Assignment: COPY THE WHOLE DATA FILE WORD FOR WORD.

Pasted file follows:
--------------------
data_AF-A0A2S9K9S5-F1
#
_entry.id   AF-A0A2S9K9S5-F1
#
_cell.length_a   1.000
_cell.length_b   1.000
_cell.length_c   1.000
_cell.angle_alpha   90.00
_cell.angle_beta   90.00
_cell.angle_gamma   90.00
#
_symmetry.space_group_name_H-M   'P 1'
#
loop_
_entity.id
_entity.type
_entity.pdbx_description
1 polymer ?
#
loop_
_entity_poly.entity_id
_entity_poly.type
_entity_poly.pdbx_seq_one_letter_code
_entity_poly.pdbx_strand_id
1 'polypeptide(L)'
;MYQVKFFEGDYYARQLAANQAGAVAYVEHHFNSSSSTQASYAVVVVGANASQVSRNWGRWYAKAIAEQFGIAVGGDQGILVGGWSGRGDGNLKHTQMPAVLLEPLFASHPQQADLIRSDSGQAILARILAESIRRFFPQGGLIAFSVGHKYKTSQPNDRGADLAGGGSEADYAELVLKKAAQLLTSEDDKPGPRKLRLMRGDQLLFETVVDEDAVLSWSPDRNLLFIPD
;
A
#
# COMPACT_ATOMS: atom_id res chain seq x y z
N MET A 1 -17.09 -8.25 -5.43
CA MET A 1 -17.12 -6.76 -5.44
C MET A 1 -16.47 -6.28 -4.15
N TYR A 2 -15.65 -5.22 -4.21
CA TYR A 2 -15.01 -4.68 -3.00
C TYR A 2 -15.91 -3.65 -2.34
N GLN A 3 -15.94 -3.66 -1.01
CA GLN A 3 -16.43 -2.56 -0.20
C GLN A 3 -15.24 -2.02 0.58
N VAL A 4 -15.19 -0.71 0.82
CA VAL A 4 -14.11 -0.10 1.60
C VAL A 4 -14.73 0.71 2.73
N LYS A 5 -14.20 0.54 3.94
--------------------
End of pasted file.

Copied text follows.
data_AF-A0A2S9K9S5-F1
#
_entry.id   AF-A0A2S9K9S5-F1
#
_cell.length_a   1.000
_cell.length_b   1.000
_cell.length_c   1.000
_cell.angle_alpha   90.00
_cell.angle_beta   90.00
_cell.angle_gamma   90.00
#
_symmetry.space_group_name_H-M   'P 1'
#
loop_
_entity.id
_entity.type
_entity.pdbx_description
1 polymer ?
#
loop_
_entity_poly.entity_id
_entity_poly.type
_entity_poly.pdbx_seq_one_letter_code
_entity_poly.pdbx_strand_id
1 'polypeptide(L)'
;MYQVKFFEGDYYARQLAANQAGAVAYVEHHFNSSSSTQASYAVVVVGANASQVSRNWGRWYAKAIAEQFGIAVGGDQGILVGGWSGRGDGNLKHTQMPAVLLEPLFASHPQQADLIRSDSGQAILARILAESIRRFFPQGGLIAFSVGHKYKTSQPNDRGADLAGGGSEADYAELVLKKAAQLLTSEDDKPGPRKLRLMRGDQLLFETVVDEDAVLSWSPDRNLLFIPD
;
A
#
# COMPACT_ATOMS: atom_id res chain seq x y z
N MET A 1 -17.09 -8.25 -5.43
CA MET A 1 -17.12 -6.76 -5.44
C MET A 1 -16.47 -6.28 -4.15
N TYR A 2 -15.65 -5.22 -4.21
CA TYR A 2 -15.01 -4.68 -3.00
C TYR A 2 -15.91 -3.65 -2.34
N GLN A 3 -15.94 -3.66 -1.01
CA GLN A 3 -16.43 -2.56 -0.20
C GLN A 3 -15.24 -2.02 0.58
N VAL A 4 -15.19 -0.71 0.82
CA VAL A 4 -14.11 -0.10 1.60
C VAL A 4 -14.73 0.71 2.73
N LYS A 5 -14.20 0.54 3.94